Five years after Josh Trank derailed a potential franchise reboot of Fantastic Four, the once-promising wunderkind who gave us Chronicle (2012) finally returned to the director’s chair in Capone.
The title, of course, refers to America’s most notorious gangster Al Capone who once ruled the streets of Chicago during the Prohibition era. But instead of detailing his glory days, Josh Trank took the risk by choosing the uncharted territory. And that is focusing on the final year of Capone’s life.
In this biographical drama of sorts, we learn that Capone a.k.a. Fonz (Tom Hardy) has already been released from prison after a decade for tax evasion. He’s now a pale shadow of himself, looking all frail and ill due to neurosyphilis. Under the watchful eyes of federal agents, the dementia-stricken Fonz spends his time retiring in his Florida mansion with his faithful wife Mae (Linda Cardellini). The movie also revealed he has an illegitimate son Tony (Mason Guccione) and at one point, he reconnects with his old mob associate Johnny (Matt Dillon) and spills a secret about a US$10 million hidden somewhere. The only problem is, he has forgotten where he put it.
Both of the plot devices related to Fonz’s illegitimate son and particularly, the introduction of Johnny and the mysterious US$10 million stash sound intriguing. But Trank merely introduced them without a proper resolution. Given Fonz’s dementia and the way he tends to get wildly delusional, Trank tries to take advantage of his character’s mental condition by approaching the film in a fragmented and dreamlike manner. More like taking place within Fonz’s state of mind, where everything is open to interpretation between reality and fantasy. It does work but only in a certain capacity, namely the extended dream sequence where Fonz finds himself in a ballroom party and has Louis Armstrong (Troy Warren Anderson) singing “Blueberry Hill” on the stage.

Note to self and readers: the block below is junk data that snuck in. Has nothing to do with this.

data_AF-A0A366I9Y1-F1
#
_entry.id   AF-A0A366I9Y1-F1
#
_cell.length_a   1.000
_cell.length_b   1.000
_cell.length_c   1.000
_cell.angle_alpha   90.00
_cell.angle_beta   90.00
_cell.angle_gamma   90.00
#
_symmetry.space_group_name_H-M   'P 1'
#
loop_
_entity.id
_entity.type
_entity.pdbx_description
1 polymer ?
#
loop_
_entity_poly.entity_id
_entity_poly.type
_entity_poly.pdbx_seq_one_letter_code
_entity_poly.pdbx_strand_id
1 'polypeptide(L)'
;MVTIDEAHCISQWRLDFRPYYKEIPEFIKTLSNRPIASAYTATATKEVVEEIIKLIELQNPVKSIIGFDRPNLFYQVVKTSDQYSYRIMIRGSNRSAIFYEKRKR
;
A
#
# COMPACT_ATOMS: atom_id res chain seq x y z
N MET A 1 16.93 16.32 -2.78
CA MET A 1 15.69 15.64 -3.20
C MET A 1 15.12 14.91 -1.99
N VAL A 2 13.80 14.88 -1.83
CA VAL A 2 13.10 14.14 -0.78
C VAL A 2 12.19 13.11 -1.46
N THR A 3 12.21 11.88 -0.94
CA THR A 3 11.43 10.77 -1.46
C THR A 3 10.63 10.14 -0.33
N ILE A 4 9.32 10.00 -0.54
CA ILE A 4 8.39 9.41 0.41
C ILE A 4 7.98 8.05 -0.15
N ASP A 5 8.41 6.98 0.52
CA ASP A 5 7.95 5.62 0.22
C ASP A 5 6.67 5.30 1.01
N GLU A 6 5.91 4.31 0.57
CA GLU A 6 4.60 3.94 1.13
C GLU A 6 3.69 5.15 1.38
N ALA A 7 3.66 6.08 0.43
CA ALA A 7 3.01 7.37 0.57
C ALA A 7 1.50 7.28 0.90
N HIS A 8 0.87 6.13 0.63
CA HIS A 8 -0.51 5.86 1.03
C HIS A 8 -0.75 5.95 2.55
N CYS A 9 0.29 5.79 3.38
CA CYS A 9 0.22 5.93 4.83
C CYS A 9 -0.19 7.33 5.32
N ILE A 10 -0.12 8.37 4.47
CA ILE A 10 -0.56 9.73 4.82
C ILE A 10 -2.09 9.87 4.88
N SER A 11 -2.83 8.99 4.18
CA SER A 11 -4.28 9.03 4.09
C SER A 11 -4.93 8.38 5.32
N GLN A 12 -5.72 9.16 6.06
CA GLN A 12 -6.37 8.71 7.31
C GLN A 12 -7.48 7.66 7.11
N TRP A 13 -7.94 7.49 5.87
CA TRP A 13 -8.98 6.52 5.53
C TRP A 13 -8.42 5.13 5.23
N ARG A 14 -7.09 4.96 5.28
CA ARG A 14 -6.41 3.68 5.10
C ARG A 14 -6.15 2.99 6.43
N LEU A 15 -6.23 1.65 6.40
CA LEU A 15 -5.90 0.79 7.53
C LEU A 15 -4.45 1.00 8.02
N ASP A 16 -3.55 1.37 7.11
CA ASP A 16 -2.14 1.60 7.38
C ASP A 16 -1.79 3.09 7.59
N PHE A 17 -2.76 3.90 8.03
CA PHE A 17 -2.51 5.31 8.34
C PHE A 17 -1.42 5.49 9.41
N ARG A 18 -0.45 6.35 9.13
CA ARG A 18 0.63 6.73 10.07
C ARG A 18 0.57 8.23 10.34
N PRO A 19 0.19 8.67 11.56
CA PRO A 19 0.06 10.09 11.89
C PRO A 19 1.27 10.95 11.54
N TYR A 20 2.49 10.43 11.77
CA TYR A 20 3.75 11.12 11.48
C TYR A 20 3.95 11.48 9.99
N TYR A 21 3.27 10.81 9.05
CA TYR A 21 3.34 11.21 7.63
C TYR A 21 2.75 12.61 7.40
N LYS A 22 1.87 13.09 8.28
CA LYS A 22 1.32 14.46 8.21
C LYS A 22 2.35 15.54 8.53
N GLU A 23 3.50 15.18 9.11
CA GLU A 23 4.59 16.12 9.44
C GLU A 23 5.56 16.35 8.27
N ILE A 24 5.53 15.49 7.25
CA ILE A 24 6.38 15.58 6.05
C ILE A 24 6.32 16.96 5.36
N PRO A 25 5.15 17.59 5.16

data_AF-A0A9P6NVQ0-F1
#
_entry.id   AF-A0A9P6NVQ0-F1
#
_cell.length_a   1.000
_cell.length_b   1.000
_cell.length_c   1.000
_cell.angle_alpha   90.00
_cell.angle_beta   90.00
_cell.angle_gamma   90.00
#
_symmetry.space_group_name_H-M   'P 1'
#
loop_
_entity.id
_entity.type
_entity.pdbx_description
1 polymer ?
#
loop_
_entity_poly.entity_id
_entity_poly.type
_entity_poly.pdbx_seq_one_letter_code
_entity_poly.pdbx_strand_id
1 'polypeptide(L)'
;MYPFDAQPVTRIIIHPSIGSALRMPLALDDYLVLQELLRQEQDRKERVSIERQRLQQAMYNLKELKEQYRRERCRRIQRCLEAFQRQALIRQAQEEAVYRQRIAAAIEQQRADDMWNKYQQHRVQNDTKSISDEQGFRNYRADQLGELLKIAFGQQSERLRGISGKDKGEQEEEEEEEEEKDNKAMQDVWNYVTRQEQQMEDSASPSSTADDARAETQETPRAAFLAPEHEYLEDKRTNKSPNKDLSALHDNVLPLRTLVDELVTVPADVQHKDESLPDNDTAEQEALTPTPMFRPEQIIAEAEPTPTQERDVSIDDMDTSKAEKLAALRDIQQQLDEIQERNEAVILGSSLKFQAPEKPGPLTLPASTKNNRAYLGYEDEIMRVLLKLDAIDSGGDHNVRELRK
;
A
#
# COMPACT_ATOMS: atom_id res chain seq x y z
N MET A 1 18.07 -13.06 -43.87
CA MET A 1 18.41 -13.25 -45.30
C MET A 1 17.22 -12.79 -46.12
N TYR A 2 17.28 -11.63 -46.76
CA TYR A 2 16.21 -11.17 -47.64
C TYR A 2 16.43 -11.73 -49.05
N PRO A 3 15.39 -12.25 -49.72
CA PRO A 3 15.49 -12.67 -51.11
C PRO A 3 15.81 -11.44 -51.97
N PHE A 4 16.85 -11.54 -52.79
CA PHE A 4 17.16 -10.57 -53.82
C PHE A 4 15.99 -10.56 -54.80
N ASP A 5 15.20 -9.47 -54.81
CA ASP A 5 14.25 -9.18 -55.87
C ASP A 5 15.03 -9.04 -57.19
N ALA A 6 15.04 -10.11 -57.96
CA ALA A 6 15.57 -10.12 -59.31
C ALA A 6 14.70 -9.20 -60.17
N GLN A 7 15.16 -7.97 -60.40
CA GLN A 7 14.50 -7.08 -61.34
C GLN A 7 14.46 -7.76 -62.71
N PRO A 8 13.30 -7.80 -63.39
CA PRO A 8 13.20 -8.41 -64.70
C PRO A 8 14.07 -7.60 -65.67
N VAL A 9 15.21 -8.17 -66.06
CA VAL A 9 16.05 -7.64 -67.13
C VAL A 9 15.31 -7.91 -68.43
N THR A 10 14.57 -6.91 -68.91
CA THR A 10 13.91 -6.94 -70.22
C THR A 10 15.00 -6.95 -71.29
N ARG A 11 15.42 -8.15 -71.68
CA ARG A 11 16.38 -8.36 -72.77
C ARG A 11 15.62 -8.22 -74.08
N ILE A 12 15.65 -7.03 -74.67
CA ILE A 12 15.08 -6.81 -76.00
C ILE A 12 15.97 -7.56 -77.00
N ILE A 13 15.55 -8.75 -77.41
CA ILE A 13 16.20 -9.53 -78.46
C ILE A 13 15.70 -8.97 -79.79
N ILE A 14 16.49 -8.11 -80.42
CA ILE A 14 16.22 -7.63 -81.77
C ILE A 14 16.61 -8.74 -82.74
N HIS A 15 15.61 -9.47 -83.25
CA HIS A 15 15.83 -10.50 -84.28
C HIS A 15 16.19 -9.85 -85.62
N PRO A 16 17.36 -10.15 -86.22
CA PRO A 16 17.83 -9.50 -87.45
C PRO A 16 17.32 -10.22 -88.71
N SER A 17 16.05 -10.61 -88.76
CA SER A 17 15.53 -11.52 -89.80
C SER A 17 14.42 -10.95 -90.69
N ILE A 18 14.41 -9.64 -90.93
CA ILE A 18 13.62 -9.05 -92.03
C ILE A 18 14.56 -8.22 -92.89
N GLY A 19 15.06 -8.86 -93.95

Other times, the plot veers off course every now and then. And all the numerous what’s-real-and-what’s-not hallucinating moments aren’t enough to mask the fact that Capone feels dull even the movie only runs at an economical 104-minute length.
Then, there’s Tom Hardy. The chameleon actor famously known for his method acting gives his all to portray the titular character. But the result is somewhat mixed and while I appreciate Hardy’s total commitment, he comes across as unintentionally goofy. This is particularly evident with his bizarre mix of an extremely croaky voice and soft murmur reminiscent of the older Nick Nolte and the late Marlon Brando while sounding like a cartoon version of a mob character. It’s really hard to take him seriously and more so with the heavy prosthetic makeup that looks too obvious and distracting. I couldn’t help thinking that his appearance reminds me of someone who’s better off appearing in a Dick Tracy movie instead.
The supporting cast, in the meantime, fares surprisingly better with Linda Cardellini brings solid support to her otherwise thankless role as Mae. The same goes to Matt Dillon playing the mysterious Johnny while Kyle MacLachlan shows up in a small but effective role as Fonz’s doctor, Karlock.
So much for Trank’s long-awaited return to the big screen (even though that original plan was scrapped due to the coronavirus pandemic and now released in a straight-to-digital format). Make no mistake, a movie like Capone that explored the lesser-known final year of the Chicago’s fearsome gangster has all the making of a potentially great film. But what we have here is more of a half-baked effort that feels strangely incomplete and hollow in most parts.